1570s, common name of Dianthus, a garden plant of various colors; a word of unknown origin. It is perhaps from pink (v.) via the notion of "perforated" (scalloped) petals. Or perhaps it is from Dutch pink "small, narrow" (see pinkie), itself obscure, via the term pinck oogen "half-closed eyes," literally "small eyes," which was borrowed into English (1570s) and may have been used as a name for Dianthus, which sometimes has small dots resembling eyes.

The noun meaning "pale red color, red color of low chroma but high luminosity" is recorded by 1733 (pink-coloured is recorded from 1680s), from one of the common colors of the flowers.  The adjective pink is attested by 1720. As an earlier name for such a color English had incarnation "flesh-color" (mid-14c.), and as an adjective incarnate (1530s), from Latin words for "flesh" (see incarnation) but these also had other associations and tended to drift in sense from "flesh-color, blush-color" toward "crimson, blood color."

The flower meaning led (by 1590s) to a figurative use for "the flower" or highest type or example of excellence of anything (as in Mercutio's "Nay, I am the very pinck of curtesie," Rom. & Jul. II.iv.61). Compare flour (n.). The political noun sense "person perceived as left of center but not entirely radical (i.e. red)" is attested by 1927, but the image dates to at least 1837. Pink slip "discharge notice" is attested by 1915; pink slips had various connotations in employment in the first decade of the 20th century, including a paper signed by a worker to testify he would leave the labor union or else be fired. To see pink elephants "hallucinate from alcoholism" is from 1913 in Jack London's "John Barleycorn."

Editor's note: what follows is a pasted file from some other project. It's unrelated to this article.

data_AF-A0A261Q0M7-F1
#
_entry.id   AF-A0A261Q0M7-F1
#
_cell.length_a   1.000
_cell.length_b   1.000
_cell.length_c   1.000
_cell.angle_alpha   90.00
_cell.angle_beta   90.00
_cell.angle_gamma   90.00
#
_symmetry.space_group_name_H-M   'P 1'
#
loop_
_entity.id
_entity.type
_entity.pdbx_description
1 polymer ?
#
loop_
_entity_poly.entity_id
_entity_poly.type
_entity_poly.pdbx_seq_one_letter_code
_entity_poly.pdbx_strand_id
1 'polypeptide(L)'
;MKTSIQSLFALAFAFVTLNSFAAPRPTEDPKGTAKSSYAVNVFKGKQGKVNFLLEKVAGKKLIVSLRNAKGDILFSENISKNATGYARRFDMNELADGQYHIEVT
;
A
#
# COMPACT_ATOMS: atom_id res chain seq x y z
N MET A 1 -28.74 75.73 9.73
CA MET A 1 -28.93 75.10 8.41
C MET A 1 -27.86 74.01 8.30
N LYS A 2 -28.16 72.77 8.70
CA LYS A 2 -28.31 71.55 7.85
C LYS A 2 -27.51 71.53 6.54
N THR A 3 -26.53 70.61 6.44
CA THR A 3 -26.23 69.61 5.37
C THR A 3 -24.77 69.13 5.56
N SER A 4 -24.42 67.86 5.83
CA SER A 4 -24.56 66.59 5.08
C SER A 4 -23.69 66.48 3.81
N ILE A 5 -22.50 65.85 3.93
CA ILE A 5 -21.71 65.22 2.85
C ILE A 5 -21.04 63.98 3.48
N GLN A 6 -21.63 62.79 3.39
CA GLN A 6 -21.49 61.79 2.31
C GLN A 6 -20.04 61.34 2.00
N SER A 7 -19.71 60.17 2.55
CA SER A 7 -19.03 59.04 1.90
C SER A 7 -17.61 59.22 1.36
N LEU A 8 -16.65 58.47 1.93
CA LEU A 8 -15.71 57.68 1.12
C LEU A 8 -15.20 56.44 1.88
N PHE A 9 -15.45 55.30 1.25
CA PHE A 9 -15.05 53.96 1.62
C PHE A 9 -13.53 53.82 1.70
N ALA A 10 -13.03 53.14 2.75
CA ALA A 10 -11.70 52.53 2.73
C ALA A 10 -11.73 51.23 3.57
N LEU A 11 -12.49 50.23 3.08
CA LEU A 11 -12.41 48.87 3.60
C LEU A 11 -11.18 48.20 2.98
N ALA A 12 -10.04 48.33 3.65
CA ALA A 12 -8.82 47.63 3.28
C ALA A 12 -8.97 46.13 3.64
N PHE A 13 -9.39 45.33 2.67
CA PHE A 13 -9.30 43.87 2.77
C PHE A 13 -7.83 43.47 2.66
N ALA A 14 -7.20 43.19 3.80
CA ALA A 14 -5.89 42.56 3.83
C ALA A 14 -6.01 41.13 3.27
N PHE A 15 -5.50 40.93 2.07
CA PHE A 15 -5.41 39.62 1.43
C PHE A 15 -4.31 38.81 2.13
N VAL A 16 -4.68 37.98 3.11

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dwarf (n.)

Old English dweorh, dweorg (West Saxon), duerg (Mercian), "very short human being, person much below ordinary stature, whether of proportionate parts or not," also "supernatural being of subhuman size," from Proto-Germanic *dweraz (source also of Old Frisian dwerch, Old Saxon dwerg, Old High German twerg, German Zwerg, Old Norse dvergr), perhaps from PIE *dhwergwhos "something tiny," but with no established cognates outside Germanic.

Also used by c. 1200 of an animal or plant much below the ordinary size of its species." The use of dwarf in the Germanic mythological sense, "a diminished and generally deformed being, dwelling in rocks and hills and skilled in working metals," seems to have faded after Middle English and been revived after c. 1770 from German.

Whilst in this and other ways the dwarfs do at times have dealings with mankind, yet on the whole they seem to shrink from man; they give the impression of a downtrodden afflicted race, which is on the point of abandoning its ancient home to new and more powerful invaders. There is stamped on their character something shy and something heathenish, which estranges them from intercourse with christians. They chafe at human faithlessness, which no doubt would primarily mean the apostacy from heathenism. In the poems of the Mid. Ages, Laurin is expressly set before us as a heathen. It goes sorely against the dwarfs to see churches built, bell-ringing ... disturbs their ancient privacy; they also hate the clearing of forests, agriculture, new fangled pounding-machinery for ore. ["Teutonic Mythology," Jakob Grimm, transl. Stallybrass, 1883]

The shift of the Old English guttural at the end of the word to modern -f is typical (compare enough, draft) and begins to appear early 14c. In Middle English it also was dwerþ, dwerke. Old English plural dweorgas became Middle English dwarrows, later leveled down to dwarfs. The use of dwarves for the legendary race was popularized by J.R.R. Tolkien. As an adjective, from 1590s.

The use of giant and dwarf in reference to stars of the highest and lowest luminosity is attested by 1914, said to have been suggested by Danish astronomer Ejnar Hertzsprung, (1873-1967); hence red dwarf (attested by 1922), white dwarf, black dwarf "dead and lightless star" (1966).